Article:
In Bullet Train, Ladybug (Brad Pitt) is an unlucky assassin determined to do his job peacefully after one too many gigs gone off the rails. Fate, however, may have other plans, as Ladybug’s latest mission puts him on a collision course with lethal adversaries from around the globe – all with connected, yet conflicting, objectives – on the world’s fastest train.
Directed by David Leitch, Bullet Train brings a flamboyant approach to the action-comedy genre. Having directed films such as John Wick and Deadpool 2, Leitch demonstrates a familiar premise through the eyes of modern Japan, while delivering exciting action sequences with a star-studded cast. Unfortunately, Leitch’s latest film is weighed down by an overabundance of characters, stale storytelling, and weak narrative coherence.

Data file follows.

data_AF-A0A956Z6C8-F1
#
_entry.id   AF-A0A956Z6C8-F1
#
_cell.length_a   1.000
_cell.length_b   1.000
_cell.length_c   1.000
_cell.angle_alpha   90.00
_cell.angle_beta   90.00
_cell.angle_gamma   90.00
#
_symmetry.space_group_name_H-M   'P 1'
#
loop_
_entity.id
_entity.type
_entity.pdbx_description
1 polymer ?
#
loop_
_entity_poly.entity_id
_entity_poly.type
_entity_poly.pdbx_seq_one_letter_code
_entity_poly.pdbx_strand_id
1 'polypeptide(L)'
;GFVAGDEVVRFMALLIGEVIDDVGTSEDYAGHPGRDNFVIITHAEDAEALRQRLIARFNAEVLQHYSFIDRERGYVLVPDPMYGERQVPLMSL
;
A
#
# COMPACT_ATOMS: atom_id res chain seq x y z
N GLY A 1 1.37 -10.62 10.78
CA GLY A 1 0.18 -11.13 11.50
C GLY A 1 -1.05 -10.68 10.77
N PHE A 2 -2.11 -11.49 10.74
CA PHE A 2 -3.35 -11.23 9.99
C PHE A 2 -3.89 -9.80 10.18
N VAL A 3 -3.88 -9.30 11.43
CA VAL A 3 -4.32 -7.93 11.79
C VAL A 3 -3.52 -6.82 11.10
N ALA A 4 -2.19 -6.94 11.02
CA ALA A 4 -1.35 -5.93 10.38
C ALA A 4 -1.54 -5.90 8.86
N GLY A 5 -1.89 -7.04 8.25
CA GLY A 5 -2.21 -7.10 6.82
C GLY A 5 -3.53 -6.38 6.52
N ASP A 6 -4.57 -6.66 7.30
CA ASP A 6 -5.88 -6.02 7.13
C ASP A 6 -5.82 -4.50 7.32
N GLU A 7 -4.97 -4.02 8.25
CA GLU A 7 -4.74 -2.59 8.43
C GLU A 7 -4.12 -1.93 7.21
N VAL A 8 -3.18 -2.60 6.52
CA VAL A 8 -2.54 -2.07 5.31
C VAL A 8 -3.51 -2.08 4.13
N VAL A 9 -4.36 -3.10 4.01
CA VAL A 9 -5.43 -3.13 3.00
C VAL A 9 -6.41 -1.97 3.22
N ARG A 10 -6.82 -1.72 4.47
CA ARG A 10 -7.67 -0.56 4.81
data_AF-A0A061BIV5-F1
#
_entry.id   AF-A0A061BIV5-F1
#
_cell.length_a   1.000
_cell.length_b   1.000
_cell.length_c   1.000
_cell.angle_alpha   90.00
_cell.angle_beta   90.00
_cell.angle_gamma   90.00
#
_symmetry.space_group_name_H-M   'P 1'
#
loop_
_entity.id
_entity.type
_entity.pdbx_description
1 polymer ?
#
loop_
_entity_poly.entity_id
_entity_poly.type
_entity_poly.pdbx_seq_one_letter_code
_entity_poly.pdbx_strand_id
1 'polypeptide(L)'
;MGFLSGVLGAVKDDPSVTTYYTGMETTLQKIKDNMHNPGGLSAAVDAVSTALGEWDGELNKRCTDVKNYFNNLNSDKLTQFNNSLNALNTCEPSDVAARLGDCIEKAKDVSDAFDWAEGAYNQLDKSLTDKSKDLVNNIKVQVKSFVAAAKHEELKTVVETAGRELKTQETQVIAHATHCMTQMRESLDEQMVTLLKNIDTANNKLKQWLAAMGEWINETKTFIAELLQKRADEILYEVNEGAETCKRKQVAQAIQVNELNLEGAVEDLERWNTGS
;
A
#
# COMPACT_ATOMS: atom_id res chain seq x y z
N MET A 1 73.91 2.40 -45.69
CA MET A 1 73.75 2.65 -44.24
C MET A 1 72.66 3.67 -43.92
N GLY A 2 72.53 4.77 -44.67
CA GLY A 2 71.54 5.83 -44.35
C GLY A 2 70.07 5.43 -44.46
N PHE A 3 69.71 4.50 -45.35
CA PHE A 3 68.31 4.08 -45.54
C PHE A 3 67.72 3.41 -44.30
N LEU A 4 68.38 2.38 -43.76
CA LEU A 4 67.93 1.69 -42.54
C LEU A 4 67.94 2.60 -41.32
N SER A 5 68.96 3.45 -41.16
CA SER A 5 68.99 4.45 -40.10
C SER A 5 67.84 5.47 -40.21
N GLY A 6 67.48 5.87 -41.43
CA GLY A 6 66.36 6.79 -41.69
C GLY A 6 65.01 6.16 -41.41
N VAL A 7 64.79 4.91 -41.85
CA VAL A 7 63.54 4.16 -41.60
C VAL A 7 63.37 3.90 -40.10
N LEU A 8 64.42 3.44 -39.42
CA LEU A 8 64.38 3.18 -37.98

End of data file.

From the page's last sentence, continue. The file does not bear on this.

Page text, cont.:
As it chugs along at a sluggish pace, the action comedy spins its wheels without any meaningful dramatic substance beneath the surface. Despite its attempts at cultivating conflict between the characters, the film lacked any real emotional stakes to ground its highly stylised visuals, resulting in an experience that is wearing to watch.
With an impressive ensemble of actors, Bullet Train has all the right ingredients to develop an exciting ensemble film. Unfortunately, the presence of the remarkable cast is diminished by excessive quips, juvenile humour that’s designed to please the lowest common denominator. In Bullet Train, the extraordinary charisma of Ladybug is severely neutralised as most of the supporting characters were written to emulate the laidback persona effortlessly radiated by Pitt.
At its best, Bullet Train showcases Leitch’s knack for high octane action sequences brought to life through mastery over technical proficiency. Unfortunately, despite its action-packed ride full of carnage and recognisable faces, the film lost its way in an uninspiring script. With its self-destructing humour, shoddy visual effects, two-dimensional characters, Bullet Train rarely matches the high velocity of the vehicle it inhabits.